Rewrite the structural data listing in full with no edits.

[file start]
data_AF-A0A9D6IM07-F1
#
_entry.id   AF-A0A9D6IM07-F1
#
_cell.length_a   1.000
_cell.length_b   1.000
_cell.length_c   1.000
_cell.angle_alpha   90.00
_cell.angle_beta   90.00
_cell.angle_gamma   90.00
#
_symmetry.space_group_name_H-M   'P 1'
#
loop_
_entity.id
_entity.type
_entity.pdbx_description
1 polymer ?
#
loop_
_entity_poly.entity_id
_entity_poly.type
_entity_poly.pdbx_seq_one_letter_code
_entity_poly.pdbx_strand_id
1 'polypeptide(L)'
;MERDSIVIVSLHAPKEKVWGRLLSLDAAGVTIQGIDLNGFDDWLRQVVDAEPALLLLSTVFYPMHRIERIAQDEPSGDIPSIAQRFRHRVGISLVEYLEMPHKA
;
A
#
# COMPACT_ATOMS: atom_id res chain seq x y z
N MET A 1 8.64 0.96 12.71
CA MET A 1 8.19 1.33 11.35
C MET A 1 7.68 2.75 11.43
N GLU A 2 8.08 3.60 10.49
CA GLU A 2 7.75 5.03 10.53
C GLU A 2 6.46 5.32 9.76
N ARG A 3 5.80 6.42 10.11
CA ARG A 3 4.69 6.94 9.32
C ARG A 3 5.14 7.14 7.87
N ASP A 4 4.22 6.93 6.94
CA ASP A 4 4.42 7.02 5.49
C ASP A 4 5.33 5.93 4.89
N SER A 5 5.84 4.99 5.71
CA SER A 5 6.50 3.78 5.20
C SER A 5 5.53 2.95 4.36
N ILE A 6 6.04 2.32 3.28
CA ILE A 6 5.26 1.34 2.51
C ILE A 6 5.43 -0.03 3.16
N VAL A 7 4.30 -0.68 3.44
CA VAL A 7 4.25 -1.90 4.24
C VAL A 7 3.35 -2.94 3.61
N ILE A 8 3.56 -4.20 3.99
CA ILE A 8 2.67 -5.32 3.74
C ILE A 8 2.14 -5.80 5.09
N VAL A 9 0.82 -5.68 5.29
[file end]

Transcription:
data_AF-A0A9D6IM07-F1
#
_entry.id   AF-A0A9D6IM07-F1
#
_cell.length_a   1.000
_cell.length_b   1.000
_cell.length_c   1.000
_cell.angle_alpha   90.00
_cell.angle_beta   90.00
_cell.angle_gamma   90.00
#
_symmetry.space_group_name_H-M   'P 1'
#
loop_
_entity.id
_entity.type
_entity.pdbx_description
1 polymer ?
#
loop_
_entity_poly.entity_id
_entity_poly.type
_entity_poly.pdbx_seq_one_letter_code
_entity_poly.pdbx_strand_id
1 'polypeptide(L)'
;MERDSIVIVSLHAPKEKVWGRLLSLDAAGVTIQGIDLNGFDDWLRQVVDAEPALLLLSTVFYPMHRIERIAQDEPSGDIPSIAQRFRHRVGISLVEYLEMPHKA
;
A
#
# COMPACT_ATOMS: atom_id res chain seq x y z
N MET A 1 8.64 0.96 12.71
CA MET A 1 8.19 1.33 11.35
C MET A 1 7.68 2.75 11.43
N GLU A 2 8.08 3.60 10.49
CA GLU A 2 7.75 5.03 10.53
C GLU A 2 6.46 5.32 9.76
N ARG A 3 5.80 6.42 10.11
CA ARG A 3 4.69 6.94 9.32
C ARG A 3 5.14 7.14 7.87
N ASP A 4 4.22 6.93 6.94
CA ASP A 4 4.42 7.02 5.49
C ASP A 4 5.33 5.93 4.89
N SER A 5 5.84 4.99 5.71
CA SER A 5 6.50 3.78 5.20
C SER A 5 5.53 2.95 4.36
N ILE A 6 6.04 2.32 3.28
CA ILE A 6 5.26 1.34 2.51
C ILE A 6 5.43 -0.03 3.16
N VAL A 7 4.30 -0.68 3.44
CA VAL A 7 4.25 -1.90 4.24
C VAL A 7 3.35 -2.94 3.61
N ILE A 8 3.56 -4.20 3.99
CA ILE A 8 2.67 -5.32 3.74
C ILE A 8 2.14 -5.80 5.09
N VAL A 9 0.82 -5.68 5.29